Today, I will be analyzing Seabridge Gold Inc’s (TSX:SEA) recent ownership structure, an important but not-so-popular subject among individual investors. When it comes to ownership structure of a company, the impact has been observed in both the long-and short-term performance of shares. Since the effect of an active institutional investor with a similar ownership as a passive pension-fund can be vastly different on a company’s corporate governance and accountability of shareholders, investors should take a closer look at XYZ’s shareholder registry. All data provided is as of the most recent financial year end.
In SEA’s case, institutional ownership stands at 48.50%, significant enough to cause considerable price moves in the case of large institutional transactions, especially when there is a low level of public shares available on the market to trade. These moves, at least in the short-term, are generally observed in an institutional ownership mix comprising of active stock pickers, in particular levered hedge funds, which can cause large price swings. For shareholders in SEA, sharp price movements may not be a major concern as the primarily active ones, hedge funds, hardly hold a mentionable stake in the company. Although this doesn’t necessarily lead to high short-term volatility, we should dig deeper into SEA’s ownership structure to find how the remaining owner types can affect its investment profile.
Another important group of shareholders are company insiders. Insider ownership has to do more with how the company is managed and less to do with the direct impact of the magnitude of shares trading on the market. With a stake of 4.75%, insiders seem to have some alignment of interest with shareholders. A higher level of insider ownership has been found to reflect the choosing of projects with higher return on investments compared to lower returning projects for the sake of expansion. I will also like to check what insiders have been doing recently with their holdings. Insider buying may be a sign of upbeat future expectations, however, selling doesn’t necessarily mean the opposite as insiders may be motivated by their personal financial needs.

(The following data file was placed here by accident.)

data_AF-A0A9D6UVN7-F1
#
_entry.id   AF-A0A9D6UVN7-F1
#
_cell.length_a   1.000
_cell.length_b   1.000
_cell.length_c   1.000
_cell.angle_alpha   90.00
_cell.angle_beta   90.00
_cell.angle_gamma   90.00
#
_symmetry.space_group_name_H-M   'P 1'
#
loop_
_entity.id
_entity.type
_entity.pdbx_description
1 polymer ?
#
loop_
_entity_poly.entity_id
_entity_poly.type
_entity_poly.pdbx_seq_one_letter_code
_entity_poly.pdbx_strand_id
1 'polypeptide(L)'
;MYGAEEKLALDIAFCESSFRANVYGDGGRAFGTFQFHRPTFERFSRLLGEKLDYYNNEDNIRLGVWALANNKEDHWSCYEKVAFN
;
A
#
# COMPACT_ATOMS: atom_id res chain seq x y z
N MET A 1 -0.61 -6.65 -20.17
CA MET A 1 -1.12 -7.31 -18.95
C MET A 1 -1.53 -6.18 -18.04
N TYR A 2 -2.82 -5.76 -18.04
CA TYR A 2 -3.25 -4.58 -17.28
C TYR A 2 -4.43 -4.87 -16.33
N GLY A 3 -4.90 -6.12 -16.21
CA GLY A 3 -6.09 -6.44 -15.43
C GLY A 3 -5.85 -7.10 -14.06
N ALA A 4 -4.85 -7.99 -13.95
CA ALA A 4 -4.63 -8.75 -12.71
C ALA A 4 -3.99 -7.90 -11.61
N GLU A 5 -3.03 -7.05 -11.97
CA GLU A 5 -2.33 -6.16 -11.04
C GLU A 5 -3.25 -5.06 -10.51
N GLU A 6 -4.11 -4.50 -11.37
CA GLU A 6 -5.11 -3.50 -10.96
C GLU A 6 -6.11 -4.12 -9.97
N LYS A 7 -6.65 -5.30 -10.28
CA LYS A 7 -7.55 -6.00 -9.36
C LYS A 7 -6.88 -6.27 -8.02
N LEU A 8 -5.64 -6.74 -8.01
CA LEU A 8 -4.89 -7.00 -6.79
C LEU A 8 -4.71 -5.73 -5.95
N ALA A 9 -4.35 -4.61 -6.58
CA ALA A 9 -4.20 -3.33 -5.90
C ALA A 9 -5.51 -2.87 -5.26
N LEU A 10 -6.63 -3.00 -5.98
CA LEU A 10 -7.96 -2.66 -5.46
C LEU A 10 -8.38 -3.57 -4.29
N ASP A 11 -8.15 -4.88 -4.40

General Public Ownership
A substantial ownership of 40.15% in SEA is held by the general public. This size of ownership gives retail investors collective power in deciding on major policy decisions such as executive compensation, appointment of directors and acquisitions of businesses. Such level of ownership gives retail investors the power to sway key policy decisions such as board composition, executive compensation, and potential acquisitions. This is a positive sign for an investor who wants to be involved in key decision-making of the company.
Private Company Ownership
Another group of owners that a potential investor in SEA should consider are private companies, with a stake of 6.60%. While they invest more often due to strategic interests, an investment can also be driven by capital gains through share price appreciation. This kind of ownership, if predominantly strategic, can give these companies a significant power to affect SEA’s business strategy. Thus, potential investors should look into these business relations and check how it can impact long-term shareholder returns.
What this means for you:
Are you a shareholder? SEA’s considerably high level of institutional ownership calls for further analysis into its margin of safety. This is to avoid getting trapped in a sustained sell-off that is often observed in stocks with this level of institutional participation. If you’re looking to diversify your holdings with high-quality stocks, our free analysis platform has a selection of high-quality stocks with a strong growth potential.
Are you a potential investor? If you are building an investment case for SEA, ownership structure alone should not dictate your decision to buy or sell the stock. Rather, you should be looking at fundamental drivers like the future growth expectations around SEA, which is a key factor that will influence SEA’s share value. Take a look at our most recent infographic report on SEA for a more in-depth analysis of these factors to help you make a more well-informed investment decision.
NB: Figures in this article are calculated using data from the last twelve months, which refer to the 12-month period ending on the last date of the month the financial statement is dated. This may not be consistent with full year annual report figures.
To help readers see pass the short term volatility of the financial market, we aim to bring you a long-term focused research analysis purely driven by fundamental data. Note that our analysis does not factor in the latest price sensitive company announcements.
The author is an independent contributor and at the time of publication had no position in the stocks mentioned.